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Regressing to the mean

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A deep dive into what regressing to the mean actually means for the Bruins this season

NHL: Boston Bruins at Buffalo Sabres Timothy T. Ludwig-USA TODAY Sports

This is a “mathy” article, so there will be a summary at the bottom for those only interested in the key points of the article. Data via Evolving-Hockey.com and 5v5 unless stated otherwise.

Introduction

At the time that this is being written, the Bruins sit atop the Atlantic Division with a 24-7-11 record. They are second in the league at 5v5 goal share, and have strong special teams, giving them the best goal differential in the league at +32. Everything is good, right?

As Lee Corso says, “Not so fast, my friends.” There are some underlying concerns that seem to be present with the 5v5 offense. The chart below shows how the Bruins derive their goal differential. The shooting variable is colored green and makes up most of the Bruins 5v5 goal differential.

Personally, I think this is a better way of looking at a team’s PDO, for those familiar with that statistic. The shooting variable is just goals minus expected goals, which is 0.57 per 60 for the Bruins. The reason this is concerning is that the Bruins are 30th in the league at 5v5 expected goals per 60. If the Bruins were to regress all of the way to the mean, holding their goaltending where it is, the Bruins 5v5 goal differential per 60 would fall from 0.68 (2nd) to 0.11 (T-12 with three teams).

Now the Bruins would have to shoot miserably in order to regress all of the way to the mean, and that’s not exactly how regression to the mean works. Regression to the mean is just an easy way of saying that extreme results probably won’t continue. If you flipped a coin on heads four times in a row, it is not more likely that you will flip tails the next time you flip a coin. However, if you were to flip a coin four more times, it would be unlikely that you flip all heads again.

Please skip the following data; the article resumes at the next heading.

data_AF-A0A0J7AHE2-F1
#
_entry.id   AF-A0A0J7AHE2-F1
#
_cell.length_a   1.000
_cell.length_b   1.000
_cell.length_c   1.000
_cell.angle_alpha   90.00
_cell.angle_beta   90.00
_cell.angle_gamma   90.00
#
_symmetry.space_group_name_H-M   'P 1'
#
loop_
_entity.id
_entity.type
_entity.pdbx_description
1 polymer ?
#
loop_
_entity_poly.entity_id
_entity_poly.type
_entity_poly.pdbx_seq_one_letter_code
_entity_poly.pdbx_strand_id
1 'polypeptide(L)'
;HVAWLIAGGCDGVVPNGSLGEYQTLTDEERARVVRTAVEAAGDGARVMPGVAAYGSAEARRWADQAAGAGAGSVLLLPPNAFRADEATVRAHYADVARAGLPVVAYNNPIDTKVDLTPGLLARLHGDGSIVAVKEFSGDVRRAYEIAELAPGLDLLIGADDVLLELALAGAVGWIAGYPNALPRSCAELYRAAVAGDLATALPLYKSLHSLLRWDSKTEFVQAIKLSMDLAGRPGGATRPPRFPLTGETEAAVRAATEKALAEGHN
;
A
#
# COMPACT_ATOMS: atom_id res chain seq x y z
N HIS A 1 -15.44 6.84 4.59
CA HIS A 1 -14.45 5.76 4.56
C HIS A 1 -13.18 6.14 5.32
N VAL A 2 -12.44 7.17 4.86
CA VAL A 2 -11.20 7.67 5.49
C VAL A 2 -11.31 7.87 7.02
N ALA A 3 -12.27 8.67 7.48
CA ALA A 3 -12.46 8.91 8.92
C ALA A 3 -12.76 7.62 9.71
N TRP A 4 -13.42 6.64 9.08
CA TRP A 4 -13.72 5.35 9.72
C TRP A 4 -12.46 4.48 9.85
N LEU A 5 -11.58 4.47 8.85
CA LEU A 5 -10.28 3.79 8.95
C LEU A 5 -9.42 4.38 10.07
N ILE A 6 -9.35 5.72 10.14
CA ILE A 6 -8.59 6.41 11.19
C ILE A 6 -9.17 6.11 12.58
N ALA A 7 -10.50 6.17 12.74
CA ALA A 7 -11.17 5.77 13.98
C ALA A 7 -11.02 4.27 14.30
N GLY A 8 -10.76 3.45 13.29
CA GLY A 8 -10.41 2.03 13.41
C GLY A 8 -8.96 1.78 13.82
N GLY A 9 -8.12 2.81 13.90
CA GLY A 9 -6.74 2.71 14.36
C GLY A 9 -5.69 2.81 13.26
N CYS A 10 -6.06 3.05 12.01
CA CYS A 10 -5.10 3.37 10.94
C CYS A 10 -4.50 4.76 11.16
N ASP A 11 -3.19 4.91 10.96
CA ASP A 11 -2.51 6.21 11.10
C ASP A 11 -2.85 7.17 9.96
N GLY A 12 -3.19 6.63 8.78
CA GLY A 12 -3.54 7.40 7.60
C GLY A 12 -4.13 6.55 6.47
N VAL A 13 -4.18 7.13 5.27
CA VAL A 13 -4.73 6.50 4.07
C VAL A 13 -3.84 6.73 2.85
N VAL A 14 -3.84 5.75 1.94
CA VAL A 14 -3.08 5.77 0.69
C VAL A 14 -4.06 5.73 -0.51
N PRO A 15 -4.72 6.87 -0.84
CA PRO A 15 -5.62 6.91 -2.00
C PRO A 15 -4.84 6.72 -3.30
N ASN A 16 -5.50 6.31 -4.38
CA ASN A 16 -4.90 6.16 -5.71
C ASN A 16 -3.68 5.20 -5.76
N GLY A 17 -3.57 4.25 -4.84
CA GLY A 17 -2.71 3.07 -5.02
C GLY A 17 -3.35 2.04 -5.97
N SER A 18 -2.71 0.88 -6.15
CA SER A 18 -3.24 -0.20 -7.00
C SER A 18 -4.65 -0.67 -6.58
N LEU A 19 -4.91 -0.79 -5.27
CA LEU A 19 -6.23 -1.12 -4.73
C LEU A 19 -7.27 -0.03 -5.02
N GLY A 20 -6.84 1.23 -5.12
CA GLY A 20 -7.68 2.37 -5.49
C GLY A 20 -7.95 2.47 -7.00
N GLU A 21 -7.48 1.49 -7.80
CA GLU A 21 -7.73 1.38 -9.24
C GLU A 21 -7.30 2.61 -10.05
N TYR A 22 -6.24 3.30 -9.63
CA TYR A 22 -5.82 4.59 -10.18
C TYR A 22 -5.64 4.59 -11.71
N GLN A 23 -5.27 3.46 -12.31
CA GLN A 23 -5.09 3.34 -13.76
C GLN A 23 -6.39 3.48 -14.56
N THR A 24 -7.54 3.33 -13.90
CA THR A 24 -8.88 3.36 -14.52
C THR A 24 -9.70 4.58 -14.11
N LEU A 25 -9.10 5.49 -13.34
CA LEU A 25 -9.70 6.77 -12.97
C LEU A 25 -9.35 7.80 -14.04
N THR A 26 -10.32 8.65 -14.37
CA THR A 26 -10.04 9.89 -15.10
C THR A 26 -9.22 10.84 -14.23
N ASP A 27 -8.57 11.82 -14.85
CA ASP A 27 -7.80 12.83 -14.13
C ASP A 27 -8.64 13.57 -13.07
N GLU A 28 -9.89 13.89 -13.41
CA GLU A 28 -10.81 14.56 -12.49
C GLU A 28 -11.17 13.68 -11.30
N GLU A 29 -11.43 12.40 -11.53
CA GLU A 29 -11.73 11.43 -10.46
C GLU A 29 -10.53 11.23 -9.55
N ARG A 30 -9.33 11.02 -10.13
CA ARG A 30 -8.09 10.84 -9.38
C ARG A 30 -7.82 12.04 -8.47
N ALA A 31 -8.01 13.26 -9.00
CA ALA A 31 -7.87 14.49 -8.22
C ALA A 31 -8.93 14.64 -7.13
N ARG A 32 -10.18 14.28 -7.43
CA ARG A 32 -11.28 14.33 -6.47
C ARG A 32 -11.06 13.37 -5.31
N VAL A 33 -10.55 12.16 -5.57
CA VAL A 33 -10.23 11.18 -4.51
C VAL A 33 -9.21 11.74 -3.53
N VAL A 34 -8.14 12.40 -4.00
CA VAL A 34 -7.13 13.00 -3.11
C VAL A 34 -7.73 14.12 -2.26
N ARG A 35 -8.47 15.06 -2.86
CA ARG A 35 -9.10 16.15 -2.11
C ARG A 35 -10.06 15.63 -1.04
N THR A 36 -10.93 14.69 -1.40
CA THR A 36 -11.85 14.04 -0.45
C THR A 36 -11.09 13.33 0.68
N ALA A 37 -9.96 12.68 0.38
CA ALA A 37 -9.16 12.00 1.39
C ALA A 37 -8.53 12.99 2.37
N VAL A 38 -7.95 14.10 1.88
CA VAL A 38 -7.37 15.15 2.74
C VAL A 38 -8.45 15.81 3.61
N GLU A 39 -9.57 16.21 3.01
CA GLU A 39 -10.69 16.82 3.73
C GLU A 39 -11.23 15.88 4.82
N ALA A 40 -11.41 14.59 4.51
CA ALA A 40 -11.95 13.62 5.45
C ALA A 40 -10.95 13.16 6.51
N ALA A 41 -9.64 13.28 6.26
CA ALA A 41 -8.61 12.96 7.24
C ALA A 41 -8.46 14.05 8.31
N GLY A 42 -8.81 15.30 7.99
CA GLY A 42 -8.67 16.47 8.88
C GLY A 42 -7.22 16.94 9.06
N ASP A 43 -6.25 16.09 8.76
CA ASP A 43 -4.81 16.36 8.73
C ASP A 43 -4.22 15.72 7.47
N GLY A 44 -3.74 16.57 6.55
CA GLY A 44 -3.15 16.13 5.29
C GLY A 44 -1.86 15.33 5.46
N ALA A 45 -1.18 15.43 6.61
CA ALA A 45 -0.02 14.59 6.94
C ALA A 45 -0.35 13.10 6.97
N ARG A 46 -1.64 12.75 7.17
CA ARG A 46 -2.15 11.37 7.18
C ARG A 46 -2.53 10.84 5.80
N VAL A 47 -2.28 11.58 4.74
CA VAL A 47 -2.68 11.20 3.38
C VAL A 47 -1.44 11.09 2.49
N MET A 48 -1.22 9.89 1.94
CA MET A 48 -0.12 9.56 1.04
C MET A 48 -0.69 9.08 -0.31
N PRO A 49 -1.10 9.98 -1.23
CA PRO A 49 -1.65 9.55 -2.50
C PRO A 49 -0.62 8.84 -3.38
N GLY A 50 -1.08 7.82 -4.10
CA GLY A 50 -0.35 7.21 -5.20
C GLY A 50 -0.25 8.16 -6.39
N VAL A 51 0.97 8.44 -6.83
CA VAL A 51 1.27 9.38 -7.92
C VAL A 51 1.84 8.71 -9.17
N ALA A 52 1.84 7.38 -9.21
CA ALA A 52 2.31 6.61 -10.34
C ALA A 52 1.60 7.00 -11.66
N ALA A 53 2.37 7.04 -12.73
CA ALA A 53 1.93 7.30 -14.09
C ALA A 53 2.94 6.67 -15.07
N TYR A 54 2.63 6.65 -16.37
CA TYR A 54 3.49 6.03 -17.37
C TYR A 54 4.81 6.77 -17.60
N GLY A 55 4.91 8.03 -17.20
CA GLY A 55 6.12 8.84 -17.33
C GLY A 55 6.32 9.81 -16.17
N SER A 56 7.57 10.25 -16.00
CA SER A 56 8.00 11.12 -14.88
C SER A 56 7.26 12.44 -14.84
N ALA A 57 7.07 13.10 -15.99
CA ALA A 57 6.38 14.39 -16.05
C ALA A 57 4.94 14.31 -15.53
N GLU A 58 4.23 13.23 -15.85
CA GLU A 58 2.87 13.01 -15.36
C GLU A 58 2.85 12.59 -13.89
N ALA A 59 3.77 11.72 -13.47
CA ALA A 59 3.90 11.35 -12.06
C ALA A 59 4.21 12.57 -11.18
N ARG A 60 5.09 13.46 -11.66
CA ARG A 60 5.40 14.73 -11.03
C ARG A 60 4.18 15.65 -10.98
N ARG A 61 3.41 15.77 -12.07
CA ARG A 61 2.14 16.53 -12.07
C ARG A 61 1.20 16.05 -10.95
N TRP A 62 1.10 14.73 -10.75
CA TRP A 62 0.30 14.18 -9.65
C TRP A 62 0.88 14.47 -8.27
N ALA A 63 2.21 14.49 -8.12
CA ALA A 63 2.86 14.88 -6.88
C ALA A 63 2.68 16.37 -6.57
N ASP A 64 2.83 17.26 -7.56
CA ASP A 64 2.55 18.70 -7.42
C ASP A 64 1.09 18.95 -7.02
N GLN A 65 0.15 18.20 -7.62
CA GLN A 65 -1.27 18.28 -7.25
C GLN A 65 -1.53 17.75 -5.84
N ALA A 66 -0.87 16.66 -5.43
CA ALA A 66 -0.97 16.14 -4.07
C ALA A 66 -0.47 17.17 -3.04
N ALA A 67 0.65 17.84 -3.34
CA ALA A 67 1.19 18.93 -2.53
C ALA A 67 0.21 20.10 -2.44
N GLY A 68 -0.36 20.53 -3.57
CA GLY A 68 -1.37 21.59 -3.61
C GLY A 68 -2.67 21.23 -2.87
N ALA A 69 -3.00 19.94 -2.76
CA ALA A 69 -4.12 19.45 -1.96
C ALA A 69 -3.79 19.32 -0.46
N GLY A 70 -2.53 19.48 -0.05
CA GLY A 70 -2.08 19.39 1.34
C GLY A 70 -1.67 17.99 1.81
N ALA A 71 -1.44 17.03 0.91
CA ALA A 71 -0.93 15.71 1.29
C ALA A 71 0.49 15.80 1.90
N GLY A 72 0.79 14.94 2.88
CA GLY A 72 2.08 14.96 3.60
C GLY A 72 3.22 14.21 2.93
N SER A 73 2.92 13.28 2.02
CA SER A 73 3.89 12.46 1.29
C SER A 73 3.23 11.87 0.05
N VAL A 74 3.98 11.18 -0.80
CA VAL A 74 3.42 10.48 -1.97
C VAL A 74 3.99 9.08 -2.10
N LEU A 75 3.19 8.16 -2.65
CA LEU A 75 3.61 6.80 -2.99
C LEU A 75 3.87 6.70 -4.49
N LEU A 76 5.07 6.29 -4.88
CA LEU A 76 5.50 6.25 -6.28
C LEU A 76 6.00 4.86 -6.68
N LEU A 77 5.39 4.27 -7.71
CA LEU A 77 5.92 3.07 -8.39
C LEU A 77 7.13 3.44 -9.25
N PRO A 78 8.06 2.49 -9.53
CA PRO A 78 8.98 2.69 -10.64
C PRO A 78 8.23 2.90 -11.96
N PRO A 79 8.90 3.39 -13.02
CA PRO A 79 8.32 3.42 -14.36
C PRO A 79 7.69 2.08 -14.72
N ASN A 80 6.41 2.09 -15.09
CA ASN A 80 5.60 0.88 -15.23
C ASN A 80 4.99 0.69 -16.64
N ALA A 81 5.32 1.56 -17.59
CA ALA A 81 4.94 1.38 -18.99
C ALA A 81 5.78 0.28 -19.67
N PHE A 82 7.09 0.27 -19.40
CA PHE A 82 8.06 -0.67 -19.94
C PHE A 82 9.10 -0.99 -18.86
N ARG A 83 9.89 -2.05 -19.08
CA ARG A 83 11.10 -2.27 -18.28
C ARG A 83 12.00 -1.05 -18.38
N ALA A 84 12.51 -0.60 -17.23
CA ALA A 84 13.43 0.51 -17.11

Additionally, who cares about their goal differential at the end of the season? The Bruins have a lot of points already in the bag and there is no reason to believe that they will fall off the face of the earth and miss the playoffs, or even end up in a wild card spot. What we really care about is knowing what to expect from the team moving forward and into the playoffs. The relevant question is, what is the Bruins “real” shooting percentage?

Getting down to business

For this exercise, I will ignore expected goals to an extent. For one, we already used them as a signal. Additionally, sometimes it is nice to add a bit of diversity and look at the numbers a bit differently. I will use a beta distribution to estimate the Bruins “real” fenwick (unblocked shots) shooting percentage.

The advantage of a beta distribution is that we can include a prior. In layman’s terms, we can use previous data to help fit this distribution better. Taking this to an extreme, if there was a team shooting 20% and we didn’t include any previous data, the computer would think this is normal. Luckily, we have lots of data on teams’ shooting percentages and have a good idea of what these look like.

With this data, we will find an alpha and beta. There are a few different ways to do this. You could do out the math through the method-of-moments as shown below. You could also use the package fitdistrplus in R, or the fitdistr function in the MASS package in R. For non-R users, you just have to google it.

For this distribution, we are making our prior the average NHL team. I took every team’s regular season fenwick shooting percentage since 2007-08 and dropped the shortened season. Below is my fitted distribution plotted.